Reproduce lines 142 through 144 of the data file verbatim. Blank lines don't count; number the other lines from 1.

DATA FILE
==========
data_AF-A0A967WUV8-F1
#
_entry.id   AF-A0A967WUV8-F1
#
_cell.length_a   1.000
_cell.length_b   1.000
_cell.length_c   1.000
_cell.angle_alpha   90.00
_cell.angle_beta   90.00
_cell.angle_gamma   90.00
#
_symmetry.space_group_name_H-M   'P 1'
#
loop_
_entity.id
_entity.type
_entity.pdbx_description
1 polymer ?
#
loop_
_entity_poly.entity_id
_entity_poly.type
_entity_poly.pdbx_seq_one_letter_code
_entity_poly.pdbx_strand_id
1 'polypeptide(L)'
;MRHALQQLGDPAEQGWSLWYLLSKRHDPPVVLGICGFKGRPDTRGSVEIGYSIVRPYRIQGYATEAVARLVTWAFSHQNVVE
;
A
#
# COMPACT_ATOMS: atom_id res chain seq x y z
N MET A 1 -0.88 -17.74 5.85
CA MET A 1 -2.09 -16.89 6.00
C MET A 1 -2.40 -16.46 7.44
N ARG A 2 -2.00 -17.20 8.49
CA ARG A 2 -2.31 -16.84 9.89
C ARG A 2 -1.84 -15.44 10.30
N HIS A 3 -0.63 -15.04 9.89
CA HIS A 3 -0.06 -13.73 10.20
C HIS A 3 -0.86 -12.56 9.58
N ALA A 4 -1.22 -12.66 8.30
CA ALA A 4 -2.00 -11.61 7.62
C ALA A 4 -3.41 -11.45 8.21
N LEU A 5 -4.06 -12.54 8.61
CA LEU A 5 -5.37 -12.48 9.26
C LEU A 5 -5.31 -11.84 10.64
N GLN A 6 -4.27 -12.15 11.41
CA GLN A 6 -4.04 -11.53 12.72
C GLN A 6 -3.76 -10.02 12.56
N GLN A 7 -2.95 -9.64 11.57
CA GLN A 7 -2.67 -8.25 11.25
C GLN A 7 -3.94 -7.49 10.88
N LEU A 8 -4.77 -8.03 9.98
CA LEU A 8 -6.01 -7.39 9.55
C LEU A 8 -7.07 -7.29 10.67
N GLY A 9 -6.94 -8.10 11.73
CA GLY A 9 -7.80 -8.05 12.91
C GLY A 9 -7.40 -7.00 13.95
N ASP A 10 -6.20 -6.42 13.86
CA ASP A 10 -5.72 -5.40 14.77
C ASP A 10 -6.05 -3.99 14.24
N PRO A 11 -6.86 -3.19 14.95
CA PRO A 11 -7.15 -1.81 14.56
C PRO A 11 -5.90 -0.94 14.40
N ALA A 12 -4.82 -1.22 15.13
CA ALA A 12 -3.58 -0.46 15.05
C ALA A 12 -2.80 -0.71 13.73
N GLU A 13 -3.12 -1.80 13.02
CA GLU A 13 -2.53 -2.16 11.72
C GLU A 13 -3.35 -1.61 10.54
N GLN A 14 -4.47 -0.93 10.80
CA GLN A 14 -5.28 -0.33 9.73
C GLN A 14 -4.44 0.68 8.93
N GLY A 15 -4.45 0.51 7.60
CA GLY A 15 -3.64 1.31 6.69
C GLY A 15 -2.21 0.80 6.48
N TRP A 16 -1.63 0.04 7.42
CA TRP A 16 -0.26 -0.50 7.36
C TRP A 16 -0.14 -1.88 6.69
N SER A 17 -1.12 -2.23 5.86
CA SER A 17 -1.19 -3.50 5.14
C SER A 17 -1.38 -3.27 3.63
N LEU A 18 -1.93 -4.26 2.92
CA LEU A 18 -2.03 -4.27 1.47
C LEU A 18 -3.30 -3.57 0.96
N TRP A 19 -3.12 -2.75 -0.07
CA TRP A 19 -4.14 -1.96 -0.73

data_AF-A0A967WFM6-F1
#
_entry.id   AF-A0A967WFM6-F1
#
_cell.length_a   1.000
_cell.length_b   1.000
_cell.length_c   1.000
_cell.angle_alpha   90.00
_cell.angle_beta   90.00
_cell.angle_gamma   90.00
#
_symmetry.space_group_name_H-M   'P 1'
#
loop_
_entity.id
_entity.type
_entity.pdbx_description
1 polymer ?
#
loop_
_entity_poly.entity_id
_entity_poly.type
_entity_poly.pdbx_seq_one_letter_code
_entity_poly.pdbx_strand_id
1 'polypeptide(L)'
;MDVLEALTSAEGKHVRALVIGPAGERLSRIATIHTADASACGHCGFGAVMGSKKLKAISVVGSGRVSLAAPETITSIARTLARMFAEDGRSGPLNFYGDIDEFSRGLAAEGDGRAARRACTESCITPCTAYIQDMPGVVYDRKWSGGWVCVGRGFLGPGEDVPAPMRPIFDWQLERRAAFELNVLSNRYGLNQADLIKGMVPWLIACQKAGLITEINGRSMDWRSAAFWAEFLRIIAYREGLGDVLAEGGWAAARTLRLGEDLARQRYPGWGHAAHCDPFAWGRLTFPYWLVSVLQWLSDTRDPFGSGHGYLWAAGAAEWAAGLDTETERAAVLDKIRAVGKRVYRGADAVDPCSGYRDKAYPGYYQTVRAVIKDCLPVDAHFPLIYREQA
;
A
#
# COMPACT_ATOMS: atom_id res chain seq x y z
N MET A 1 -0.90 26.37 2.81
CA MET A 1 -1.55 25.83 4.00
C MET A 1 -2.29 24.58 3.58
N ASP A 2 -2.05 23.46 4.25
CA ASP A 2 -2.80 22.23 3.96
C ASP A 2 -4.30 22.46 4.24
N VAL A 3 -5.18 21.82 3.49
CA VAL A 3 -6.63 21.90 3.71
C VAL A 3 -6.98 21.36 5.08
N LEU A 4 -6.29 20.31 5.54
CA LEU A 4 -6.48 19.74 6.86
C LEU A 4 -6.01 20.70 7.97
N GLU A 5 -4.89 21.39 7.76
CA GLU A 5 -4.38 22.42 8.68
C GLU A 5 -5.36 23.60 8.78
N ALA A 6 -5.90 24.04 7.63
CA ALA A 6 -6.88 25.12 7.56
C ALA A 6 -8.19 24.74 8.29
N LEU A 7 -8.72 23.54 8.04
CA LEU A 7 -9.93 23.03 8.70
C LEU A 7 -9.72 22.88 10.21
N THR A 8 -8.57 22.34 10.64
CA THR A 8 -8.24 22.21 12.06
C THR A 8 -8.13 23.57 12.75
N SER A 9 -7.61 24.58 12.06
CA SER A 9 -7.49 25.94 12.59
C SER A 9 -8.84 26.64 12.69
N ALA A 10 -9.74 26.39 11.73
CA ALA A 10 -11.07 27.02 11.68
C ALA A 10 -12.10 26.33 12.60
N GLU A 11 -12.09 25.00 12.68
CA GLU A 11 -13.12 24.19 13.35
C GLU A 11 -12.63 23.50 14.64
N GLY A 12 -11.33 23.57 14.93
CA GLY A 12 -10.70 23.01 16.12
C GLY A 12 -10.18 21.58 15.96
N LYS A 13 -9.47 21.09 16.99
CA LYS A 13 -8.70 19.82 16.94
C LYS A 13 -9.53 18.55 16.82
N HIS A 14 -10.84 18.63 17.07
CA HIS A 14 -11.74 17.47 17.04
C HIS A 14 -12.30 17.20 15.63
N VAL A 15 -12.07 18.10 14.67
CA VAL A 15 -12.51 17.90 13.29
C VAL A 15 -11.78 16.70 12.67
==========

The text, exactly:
CA SER A 9 -7.49 25.94 12.59
C SER A 9 -8.84 26.64 12.69
N ALA A 10 -9.74 26.39 11.73